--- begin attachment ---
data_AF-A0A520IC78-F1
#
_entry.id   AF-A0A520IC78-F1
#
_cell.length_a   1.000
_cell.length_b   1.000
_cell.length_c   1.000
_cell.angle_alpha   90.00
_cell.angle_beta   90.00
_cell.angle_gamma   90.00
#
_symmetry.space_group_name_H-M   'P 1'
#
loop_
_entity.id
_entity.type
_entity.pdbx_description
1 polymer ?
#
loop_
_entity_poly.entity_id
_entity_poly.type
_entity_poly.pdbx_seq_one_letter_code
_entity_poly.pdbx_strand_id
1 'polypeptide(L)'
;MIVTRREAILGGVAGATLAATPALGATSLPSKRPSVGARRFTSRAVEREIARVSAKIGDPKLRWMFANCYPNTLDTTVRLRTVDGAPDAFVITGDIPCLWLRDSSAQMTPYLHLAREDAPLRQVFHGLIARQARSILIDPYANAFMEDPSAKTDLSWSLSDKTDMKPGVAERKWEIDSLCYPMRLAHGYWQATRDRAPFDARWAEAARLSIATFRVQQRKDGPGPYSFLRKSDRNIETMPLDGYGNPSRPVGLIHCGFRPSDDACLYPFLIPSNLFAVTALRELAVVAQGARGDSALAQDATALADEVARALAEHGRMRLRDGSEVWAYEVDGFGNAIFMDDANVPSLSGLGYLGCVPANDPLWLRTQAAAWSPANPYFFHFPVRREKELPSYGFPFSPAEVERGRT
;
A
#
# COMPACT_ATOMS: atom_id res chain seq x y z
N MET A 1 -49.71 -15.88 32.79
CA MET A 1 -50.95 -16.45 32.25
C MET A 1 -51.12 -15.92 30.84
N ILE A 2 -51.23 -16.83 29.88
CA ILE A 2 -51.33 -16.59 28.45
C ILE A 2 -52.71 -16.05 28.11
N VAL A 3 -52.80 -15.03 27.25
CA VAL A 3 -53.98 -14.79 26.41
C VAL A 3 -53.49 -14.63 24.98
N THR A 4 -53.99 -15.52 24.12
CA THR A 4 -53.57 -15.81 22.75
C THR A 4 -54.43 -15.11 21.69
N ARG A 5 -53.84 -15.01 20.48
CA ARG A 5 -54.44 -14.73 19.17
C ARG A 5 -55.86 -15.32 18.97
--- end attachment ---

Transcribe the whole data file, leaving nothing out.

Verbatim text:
data_AF-A0A520IC78-F1
#
_entry.id   AF-A0A520IC78-F1
#
_cell.length_a   1.000
_cell.length_b   1.000
_cell.length_c   1.000
_cell.angle_alpha   90.00
_cell.angle_beta   90.00
_cell.angle_gamma   90.00
#
_symmetry.space_group_name_H-M   'P 1'
#
loop_
_entity.id
_entity.type
_entity.pdbx_description
1 polymer ?
#
loop_
_entity_poly.entity_id
_entity_poly.type
_entity_poly.pdbx_seq_one_letter_code
_entity_poly.pdbx_strand_id
1 'polypeptide(L)'
;MIVTRREAILGGVAGATLAATPALGATSLPSKRPSVGARRFTSRAVEREIARVSAKIGDPKLRWMFANCYPNTLDTTVRLRTVDGAPDAFVITGDIPCLWLRDSSAQMTPYLHLAREDAPLRQVFHGLIARQARSILIDPYANAFMEDPSAKTDLSWSLSDKTDMKPGVAERKWEIDSLCYPMRLAHGYWQATRDRAPFDARWAEAARLSIATFRVQQRKDGPGPYSFLRKSDRNIETMPLDGYGNPSRPVGLIHCGFRPSDDACLYPFLIPSNLFAVTALRELAVVAQGARGDSALAQDATALADEVARALAEHGRMRLRDGSEVWAYEVDGFGNAIFMDDANVPSLSGLGYLGCVPANDPLWLRTQAAAWSPANPYFFHFPVRREKELPSYGFPFSPAEVERGRT
;
A
#
# COMPACT_ATOMS: atom_id res chain seq x y z
N MET A 1 -49.71 -15.88 32.79
CA MET A 1 -50.95 -16.45 32.25
C MET A 1 -51.12 -15.92 30.84
N ILE A 2 -51.23 -16.83 29.88
CA ILE A 2 -51.33 -16.59 28.45
C ILE A 2 -52.71 -16.05 28.11
N VAL A 3 -52.80 -15.03 27.25
CA VAL A 3 -53.98 -14.79 26.41
C VAL A 3 -53.49 -14.63 24.98
N THR A 4 -53.99 -15.52 24.12
CA THR A 4 -53.57 -15.81 22.75
C THR A 4 -54.43 -15.11 21.69
N ARG A 5 -53.84 -15.01 20.48
CA ARG A 5 -54.44 -14.73 19.17
C ARG A 5 -55.86 -15.32 18.97